FIRST PERSON - Alex Magno - The Philippine Star

Terrorism is the curse of our time.

Last Thursday, terrorists mounted simultaneous attacks in Jakarta, armed with guns and grenades. Prompt police response limited the casualties. After a prolonged firefight, two civilians and five terrorists were killed. Nineteen other civilians were wounded.

The attacks in Jakarta resembled the bloody Paris attacks last November. They involved cells of separate suicide attacks targeting soft targets. The Jakarta attackers, however, seemed to lack the will to kill in large number and the training to undertake their murderous missions.

The Jakarta attacks happened only days after terrorists mounted a similar operation in Istanbul. ISIS claims authorship for both attacks. It appears the terror group is intent on spreading the scope of their attacks to create the image of global reach.

Jakarta’s police chief attributes the terror attack on Bahrun Naim, and Indonesian now based in ISIS-controlled territory in Syria. Naim was previously arrested by Indonesian police for illegal possession of arms and ammunition and sentenced to two-and-a-half years in prison. After his release, he is believed to have fled to Syria.

Naim maintained contacts in Indonesia and is believed to be behind a blog that discusses weapons and tactics for terror operations. He is likewise believed to have sent financial support to cells in Indonesia to be used for such operations.

The role Naim plays in the Jakarta attacks highlights the peril posed by the thousands of foreign nationals who have joined the fighting in Syria. These foreigners have now been harnessed by the terror group to form cells and mount attacks globally.

Naim’s network is reported to be organizing for attacks in Indonesia, Malaysia and the Philippines. That should be a cause for concern for our security establishment.

We know that several small factions of rebel movements in Mindanao have recently pledged allegiance to ISIS. We can only hope our security personnel are on the ball.

Terror tactics employed by ISIS-linked groups makes this fanatical movement a challenge for law enforcers. The ISIS relies on small cells independently organized and linked together using social media. In an increasing number of cases, the terror network relied on “lone wolves” – individuals radicalized on their own and volunteering their lives to inflict terror in the name of the ISIS.

Tracking down independently operating terrorist cells can be exasperating. Add to this the inclination of ISIS-linked cells to perform acts of extreme brutality against the most vulnerable targets. In ISIS-occupied Syria, the militants have taken to executing children to enforce obedience.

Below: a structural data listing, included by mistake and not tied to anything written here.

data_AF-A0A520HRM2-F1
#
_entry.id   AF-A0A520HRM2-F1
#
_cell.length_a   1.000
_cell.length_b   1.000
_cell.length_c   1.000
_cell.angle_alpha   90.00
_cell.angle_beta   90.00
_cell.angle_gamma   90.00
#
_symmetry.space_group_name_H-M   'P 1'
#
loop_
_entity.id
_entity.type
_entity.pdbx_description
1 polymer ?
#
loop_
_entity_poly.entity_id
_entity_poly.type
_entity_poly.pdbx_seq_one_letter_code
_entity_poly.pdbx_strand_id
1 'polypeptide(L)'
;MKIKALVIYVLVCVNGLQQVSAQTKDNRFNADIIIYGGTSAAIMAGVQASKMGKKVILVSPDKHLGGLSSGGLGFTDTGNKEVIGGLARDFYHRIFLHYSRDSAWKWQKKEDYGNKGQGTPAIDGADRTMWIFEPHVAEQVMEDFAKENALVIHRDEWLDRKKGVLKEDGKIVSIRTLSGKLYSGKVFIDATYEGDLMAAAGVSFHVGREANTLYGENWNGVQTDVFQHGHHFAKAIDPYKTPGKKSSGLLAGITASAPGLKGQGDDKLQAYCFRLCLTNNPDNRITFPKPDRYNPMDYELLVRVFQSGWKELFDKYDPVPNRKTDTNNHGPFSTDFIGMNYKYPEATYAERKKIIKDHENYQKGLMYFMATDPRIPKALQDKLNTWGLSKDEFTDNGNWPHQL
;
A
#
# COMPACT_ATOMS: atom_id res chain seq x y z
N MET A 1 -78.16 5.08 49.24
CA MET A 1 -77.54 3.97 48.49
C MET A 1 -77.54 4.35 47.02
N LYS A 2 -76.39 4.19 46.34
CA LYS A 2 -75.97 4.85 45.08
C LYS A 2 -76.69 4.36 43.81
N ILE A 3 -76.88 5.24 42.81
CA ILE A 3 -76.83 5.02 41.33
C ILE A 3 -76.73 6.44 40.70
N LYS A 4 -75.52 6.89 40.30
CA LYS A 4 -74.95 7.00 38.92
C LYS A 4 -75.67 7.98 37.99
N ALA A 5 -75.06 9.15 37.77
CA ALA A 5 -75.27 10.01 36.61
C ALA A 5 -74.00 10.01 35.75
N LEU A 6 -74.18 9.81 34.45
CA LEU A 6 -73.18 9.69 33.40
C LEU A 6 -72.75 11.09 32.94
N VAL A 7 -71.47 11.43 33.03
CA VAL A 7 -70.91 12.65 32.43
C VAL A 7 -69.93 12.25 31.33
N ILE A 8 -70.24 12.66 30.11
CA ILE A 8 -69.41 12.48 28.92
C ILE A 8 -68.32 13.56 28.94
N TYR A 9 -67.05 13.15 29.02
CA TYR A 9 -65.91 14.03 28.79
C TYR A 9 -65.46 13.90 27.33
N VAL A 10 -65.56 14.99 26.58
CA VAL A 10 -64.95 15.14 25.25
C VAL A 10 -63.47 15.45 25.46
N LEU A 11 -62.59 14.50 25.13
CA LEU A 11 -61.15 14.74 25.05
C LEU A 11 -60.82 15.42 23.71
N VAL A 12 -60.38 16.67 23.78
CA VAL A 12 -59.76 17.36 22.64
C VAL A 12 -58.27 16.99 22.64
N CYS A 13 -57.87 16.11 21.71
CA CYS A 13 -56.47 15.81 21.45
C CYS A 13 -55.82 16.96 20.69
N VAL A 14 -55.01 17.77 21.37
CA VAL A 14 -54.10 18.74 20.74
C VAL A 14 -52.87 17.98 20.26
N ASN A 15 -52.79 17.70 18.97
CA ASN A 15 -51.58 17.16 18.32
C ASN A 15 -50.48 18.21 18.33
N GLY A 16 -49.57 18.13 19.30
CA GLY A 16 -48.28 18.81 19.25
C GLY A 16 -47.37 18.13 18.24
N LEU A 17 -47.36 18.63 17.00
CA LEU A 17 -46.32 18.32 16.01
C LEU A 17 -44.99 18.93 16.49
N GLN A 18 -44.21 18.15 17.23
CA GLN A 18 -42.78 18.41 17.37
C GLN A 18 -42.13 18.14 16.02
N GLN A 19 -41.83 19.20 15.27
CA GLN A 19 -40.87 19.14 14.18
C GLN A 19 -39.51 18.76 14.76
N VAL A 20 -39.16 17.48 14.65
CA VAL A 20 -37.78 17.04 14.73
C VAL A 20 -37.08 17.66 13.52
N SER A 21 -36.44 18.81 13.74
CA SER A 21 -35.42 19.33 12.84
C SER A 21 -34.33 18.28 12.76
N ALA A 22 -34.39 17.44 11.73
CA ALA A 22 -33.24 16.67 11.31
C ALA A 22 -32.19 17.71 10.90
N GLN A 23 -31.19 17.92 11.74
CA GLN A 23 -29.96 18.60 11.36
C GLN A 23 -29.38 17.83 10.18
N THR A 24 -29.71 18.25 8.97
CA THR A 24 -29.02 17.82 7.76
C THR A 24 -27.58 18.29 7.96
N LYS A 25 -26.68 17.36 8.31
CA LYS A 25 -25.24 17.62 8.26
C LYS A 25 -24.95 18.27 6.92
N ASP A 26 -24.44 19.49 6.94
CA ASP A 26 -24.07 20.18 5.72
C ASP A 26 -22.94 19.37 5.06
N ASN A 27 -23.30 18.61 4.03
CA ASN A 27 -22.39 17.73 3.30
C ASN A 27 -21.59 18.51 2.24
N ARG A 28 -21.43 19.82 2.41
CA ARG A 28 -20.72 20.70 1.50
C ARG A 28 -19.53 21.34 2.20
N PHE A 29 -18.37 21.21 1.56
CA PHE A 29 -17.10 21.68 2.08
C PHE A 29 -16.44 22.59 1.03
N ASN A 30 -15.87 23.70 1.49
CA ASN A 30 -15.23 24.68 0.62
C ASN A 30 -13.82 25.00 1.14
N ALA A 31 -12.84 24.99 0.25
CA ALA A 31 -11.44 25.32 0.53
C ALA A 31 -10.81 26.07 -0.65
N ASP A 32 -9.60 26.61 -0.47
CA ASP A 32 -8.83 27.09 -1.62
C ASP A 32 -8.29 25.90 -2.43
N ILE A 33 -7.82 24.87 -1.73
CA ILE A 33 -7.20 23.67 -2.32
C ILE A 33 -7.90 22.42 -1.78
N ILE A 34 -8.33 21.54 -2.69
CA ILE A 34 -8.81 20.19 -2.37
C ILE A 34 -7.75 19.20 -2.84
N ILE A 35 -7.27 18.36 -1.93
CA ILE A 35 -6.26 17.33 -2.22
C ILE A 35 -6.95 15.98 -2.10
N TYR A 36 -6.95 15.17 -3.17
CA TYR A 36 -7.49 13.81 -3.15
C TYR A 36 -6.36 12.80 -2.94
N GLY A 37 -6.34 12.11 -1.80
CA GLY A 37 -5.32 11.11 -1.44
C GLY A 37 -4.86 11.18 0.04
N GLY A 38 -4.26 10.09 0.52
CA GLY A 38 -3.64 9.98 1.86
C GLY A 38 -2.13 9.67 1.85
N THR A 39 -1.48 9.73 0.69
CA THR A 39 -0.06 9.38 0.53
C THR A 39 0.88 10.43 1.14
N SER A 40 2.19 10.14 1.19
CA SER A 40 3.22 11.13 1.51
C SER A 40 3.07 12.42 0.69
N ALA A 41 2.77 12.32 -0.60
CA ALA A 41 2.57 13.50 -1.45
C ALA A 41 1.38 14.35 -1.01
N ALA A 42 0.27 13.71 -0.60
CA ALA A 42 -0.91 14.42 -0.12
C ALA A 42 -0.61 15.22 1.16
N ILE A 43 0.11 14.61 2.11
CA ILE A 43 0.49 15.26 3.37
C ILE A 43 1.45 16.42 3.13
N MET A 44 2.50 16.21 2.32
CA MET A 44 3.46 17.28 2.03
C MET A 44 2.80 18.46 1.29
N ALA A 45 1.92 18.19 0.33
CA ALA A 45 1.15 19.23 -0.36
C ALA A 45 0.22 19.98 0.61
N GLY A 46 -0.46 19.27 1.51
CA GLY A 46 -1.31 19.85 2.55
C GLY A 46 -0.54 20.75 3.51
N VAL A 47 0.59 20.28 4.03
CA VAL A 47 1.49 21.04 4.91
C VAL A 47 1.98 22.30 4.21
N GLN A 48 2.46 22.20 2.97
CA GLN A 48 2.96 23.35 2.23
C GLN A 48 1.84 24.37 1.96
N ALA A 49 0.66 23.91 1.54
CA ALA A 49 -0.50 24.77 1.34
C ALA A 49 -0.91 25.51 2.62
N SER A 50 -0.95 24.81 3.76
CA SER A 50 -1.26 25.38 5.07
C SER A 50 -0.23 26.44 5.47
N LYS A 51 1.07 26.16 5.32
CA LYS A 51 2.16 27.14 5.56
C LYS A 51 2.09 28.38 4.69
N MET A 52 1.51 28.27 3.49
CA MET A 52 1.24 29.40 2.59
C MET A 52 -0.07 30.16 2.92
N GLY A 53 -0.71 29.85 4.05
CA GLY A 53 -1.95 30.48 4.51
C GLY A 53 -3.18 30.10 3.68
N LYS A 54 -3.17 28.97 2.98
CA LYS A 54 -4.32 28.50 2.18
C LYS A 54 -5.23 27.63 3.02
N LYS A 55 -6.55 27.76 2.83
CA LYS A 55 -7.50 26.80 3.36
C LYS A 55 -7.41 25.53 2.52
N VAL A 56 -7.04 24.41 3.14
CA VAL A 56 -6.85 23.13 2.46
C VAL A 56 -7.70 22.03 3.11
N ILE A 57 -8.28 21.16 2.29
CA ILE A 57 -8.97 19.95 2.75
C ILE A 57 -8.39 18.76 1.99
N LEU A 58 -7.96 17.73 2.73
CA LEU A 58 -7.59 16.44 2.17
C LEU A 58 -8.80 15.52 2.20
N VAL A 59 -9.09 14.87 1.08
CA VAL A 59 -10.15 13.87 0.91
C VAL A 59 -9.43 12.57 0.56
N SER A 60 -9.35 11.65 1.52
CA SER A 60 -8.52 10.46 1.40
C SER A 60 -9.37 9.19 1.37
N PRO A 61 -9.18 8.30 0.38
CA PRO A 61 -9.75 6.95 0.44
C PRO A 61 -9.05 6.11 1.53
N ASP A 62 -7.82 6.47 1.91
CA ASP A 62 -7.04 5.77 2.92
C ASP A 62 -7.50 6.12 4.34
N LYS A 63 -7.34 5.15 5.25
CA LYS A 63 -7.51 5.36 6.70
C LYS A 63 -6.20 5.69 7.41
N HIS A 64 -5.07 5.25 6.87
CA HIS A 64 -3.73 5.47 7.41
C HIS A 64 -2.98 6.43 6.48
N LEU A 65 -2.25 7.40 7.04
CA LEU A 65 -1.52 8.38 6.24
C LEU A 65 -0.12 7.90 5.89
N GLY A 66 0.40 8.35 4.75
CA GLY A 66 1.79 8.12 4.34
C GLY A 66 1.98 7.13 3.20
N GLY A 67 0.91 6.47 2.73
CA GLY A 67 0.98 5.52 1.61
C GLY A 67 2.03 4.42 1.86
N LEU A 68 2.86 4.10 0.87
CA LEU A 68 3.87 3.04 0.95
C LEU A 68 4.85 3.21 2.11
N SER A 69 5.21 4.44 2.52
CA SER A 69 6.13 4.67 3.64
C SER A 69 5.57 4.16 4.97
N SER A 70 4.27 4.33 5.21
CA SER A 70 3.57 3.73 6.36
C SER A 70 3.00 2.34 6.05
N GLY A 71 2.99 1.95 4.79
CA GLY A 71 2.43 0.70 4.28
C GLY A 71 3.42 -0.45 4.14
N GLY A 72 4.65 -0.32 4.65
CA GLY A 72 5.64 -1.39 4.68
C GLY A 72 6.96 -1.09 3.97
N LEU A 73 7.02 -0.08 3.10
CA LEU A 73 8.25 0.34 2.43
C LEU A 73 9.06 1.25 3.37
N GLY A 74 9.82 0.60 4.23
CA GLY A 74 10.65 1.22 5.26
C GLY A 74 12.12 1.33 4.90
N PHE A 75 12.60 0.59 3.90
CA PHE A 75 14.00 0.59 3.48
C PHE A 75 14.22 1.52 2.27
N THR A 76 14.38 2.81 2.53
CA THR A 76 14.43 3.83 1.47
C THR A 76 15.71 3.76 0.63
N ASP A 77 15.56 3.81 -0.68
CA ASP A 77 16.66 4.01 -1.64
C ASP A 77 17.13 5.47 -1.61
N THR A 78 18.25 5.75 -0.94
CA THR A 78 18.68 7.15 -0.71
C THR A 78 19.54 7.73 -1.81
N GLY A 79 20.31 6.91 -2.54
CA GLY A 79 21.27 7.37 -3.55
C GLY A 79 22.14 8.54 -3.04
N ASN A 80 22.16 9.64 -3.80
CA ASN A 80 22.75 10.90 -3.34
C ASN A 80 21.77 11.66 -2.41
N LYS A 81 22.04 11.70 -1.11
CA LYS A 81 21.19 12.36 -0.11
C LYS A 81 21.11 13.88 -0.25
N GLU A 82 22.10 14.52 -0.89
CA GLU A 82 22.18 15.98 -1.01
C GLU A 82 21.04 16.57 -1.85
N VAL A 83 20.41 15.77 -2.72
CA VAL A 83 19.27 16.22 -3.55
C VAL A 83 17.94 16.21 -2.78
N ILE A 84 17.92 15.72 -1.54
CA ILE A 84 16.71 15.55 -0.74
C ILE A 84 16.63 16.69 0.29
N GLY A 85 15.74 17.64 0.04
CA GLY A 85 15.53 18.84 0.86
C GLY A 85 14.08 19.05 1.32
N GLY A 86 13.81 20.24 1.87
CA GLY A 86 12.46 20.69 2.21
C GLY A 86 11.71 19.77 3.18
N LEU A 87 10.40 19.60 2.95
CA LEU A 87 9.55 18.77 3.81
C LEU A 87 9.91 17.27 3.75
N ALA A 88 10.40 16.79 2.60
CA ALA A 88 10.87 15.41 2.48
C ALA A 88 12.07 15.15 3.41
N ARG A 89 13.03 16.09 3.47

This curse requires extreme relentlessness on the part of governments.


If terrorism is a curse on civilization, drugs have become an epidemic that threatens entire communities.

We know the statistics. These numbers grew from bad to worse the past few years.

In Metro Manila, 92.1 percent of the 1,706 barangays are considered drug infested. In Central Visayas, the number of drug-infested barangays went up to 50 percent.

The Philippine Drug Enforcement Administration (PDEA) now tells us that 50 percent of the 94,320 inmates in our prisons are there for drug-related offenses. As the trade in illegal drugs booms, our jails will be even more congested. Recent arrests suggest that many inmates continue trading drugs from jail.

The thing about illegal drug use is that they abet other crimes. Robberies, homicides and rapes have been committed by people under the influence of drugs. Despite all efforts, the problem just seems to grow.

One presidential aspirant has put suppressing illegal drug use at the top of his agenda. He seems confident harping on this theme will propel him to the top.

In a political rally in Cebu this week, Rodrigo Duterte anchored his platform on the suppression of illegal drug use. He promised to wage a round-the-clock war on the drug syndicates and even proposed public hangings for drug offenders.

Duterte unveiled a package of policies for dealing with the drug problem. He wants to raise police salaries to P75,000 to improve morale. He wants special courts to try drug-related offenses to speed up conviction. He wants bank secrecy lifted for suspected drug lords. He pushed for the Freedom of Information Act and the modernization of our crime-fighting capabilities.

Duterte and his running-mate Alan Cayetano are obviously positioning as the peace-and-order champions in this presidential race. “We will reclaim our streets,” says the Davao Mayor, “from the drug lords and criminals who have made them unsafe.”

To be sure, Duterte has the personality and track record to claim to be the peace-and-order candidate. He brought peace to Davao’s streets. He takes such pride in the years he invested transforming what was once a disorderly city into one of the safest anywhere that he snapped back at rival Mar Roxas when the latter questioned his accomplishments.

Currently in a statistical tie for third place with Roxas, Duterte draws support from constituencies exasperated by the worsening crime situation. Those constituencies are attracted to the tough-talking mayor who wants to return the death penalty and go after criminals hammer and tong.

It seems, however, that the number of people attracted to Duterte’s gung-ho approach to crime is nearly matched by the number of people fearful of police excesses in the effort to restore order to our streets. Due process might slow down the effort to root out criminality, but many fear the loosening of checks on law enforcers could produce worse outcomes than we already see.

At any rate, we should be thankful there is someone like Duterte at the main political stage to keep the suppression of criminality high in the national agenda.


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